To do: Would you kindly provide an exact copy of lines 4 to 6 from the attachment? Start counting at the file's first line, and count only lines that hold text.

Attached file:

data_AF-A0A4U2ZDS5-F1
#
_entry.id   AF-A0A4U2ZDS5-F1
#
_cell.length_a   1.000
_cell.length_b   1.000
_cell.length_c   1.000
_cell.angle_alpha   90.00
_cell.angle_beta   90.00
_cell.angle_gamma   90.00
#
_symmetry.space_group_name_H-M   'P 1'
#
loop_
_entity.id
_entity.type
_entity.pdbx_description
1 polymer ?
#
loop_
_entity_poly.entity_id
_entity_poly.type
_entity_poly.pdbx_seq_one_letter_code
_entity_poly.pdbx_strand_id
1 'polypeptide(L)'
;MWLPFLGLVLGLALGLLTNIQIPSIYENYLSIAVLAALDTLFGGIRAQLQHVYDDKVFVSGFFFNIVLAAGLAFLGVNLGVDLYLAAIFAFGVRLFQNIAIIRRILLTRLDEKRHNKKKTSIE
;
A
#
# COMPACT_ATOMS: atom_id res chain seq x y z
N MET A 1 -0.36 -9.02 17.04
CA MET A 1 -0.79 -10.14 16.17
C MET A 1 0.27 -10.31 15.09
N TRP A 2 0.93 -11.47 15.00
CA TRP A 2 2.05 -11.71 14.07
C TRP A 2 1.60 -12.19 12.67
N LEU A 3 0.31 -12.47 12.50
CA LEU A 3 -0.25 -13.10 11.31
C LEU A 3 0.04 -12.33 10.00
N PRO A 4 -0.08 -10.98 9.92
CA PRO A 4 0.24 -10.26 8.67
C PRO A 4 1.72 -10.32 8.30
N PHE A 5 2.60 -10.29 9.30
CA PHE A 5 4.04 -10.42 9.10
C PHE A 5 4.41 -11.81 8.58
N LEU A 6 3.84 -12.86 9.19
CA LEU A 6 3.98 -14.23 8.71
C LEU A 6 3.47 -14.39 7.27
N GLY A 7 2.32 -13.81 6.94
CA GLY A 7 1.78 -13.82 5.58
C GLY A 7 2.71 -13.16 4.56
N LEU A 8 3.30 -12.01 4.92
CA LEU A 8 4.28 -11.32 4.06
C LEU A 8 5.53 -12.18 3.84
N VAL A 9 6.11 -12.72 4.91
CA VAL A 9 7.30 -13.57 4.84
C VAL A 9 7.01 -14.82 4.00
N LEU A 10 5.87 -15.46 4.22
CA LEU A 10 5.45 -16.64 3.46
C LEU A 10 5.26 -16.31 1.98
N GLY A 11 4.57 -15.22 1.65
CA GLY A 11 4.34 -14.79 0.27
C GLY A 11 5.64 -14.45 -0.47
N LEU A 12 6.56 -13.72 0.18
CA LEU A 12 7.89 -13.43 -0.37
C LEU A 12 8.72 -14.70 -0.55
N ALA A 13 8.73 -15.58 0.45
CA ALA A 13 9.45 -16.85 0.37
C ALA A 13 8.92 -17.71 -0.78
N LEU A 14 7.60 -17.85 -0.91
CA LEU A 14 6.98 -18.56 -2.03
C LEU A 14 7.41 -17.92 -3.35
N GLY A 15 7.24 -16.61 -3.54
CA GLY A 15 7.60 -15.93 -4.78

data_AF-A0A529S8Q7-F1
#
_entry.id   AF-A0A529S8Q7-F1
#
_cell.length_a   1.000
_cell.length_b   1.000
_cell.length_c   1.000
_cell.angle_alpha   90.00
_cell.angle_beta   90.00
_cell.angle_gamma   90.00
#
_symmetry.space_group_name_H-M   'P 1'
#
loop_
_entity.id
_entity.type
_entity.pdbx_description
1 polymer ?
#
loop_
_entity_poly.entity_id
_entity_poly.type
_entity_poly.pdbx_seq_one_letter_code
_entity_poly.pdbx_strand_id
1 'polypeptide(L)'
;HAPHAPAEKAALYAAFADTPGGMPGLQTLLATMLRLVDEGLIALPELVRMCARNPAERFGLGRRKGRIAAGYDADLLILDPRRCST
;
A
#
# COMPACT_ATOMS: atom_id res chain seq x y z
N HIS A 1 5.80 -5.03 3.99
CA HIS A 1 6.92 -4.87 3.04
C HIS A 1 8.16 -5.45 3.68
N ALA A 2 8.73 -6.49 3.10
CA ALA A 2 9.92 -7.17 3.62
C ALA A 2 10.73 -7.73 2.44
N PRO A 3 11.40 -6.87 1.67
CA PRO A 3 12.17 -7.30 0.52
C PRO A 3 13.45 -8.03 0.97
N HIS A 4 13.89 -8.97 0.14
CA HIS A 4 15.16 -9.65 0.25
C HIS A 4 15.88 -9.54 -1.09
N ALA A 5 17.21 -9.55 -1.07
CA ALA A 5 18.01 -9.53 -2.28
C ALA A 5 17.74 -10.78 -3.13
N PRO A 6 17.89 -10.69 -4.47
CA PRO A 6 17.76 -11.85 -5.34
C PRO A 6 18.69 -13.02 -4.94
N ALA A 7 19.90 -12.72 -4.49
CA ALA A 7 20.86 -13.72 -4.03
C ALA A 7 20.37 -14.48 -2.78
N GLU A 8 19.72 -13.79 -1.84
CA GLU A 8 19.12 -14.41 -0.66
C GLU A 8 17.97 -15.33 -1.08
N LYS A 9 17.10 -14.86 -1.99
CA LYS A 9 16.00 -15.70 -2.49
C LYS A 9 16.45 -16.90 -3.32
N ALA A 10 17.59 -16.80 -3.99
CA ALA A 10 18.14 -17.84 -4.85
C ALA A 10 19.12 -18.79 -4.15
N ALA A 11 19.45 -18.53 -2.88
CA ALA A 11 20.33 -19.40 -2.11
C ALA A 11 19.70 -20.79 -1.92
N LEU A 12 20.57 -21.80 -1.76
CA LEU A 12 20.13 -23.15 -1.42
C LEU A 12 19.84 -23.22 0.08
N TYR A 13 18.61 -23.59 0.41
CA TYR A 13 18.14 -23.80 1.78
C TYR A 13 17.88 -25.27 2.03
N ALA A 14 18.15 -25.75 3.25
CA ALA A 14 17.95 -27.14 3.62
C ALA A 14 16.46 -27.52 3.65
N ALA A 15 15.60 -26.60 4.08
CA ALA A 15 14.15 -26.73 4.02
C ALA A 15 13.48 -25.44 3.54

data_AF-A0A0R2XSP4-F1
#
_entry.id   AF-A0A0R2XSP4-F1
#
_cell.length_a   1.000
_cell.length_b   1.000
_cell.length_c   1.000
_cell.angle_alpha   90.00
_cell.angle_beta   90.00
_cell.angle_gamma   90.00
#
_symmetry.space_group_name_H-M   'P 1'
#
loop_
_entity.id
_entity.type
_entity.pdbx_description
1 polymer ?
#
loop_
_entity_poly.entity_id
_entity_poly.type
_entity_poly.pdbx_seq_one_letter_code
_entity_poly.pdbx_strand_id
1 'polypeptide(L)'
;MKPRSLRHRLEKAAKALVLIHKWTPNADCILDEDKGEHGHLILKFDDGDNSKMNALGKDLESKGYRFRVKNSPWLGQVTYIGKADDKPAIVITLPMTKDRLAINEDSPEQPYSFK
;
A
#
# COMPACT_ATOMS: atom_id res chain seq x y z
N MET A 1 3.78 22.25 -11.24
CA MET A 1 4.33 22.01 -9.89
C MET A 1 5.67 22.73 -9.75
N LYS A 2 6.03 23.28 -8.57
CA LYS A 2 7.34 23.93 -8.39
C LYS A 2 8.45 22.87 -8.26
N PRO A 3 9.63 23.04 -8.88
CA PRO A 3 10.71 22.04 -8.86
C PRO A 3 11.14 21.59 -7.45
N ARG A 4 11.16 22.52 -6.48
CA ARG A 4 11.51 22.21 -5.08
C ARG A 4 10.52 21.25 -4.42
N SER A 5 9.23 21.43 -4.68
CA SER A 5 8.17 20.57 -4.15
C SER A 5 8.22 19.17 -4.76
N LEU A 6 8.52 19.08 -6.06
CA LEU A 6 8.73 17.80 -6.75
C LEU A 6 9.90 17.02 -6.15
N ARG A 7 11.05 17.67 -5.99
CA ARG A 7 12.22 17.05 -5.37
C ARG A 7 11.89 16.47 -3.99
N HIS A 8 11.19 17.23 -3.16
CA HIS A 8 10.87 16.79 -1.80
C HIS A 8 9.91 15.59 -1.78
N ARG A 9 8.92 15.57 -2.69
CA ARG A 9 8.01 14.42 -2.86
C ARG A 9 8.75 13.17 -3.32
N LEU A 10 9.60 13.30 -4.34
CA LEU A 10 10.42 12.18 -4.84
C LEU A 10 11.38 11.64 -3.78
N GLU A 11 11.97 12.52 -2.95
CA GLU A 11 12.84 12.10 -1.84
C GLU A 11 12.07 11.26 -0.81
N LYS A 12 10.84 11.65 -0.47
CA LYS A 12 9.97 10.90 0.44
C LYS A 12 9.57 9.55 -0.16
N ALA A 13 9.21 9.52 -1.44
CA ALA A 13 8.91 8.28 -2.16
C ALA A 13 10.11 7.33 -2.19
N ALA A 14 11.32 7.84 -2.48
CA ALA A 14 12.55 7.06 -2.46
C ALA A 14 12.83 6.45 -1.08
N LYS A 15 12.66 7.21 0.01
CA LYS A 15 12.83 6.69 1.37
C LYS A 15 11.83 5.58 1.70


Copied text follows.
#
_cell.length_a   1.000
_cell.length_b   1.000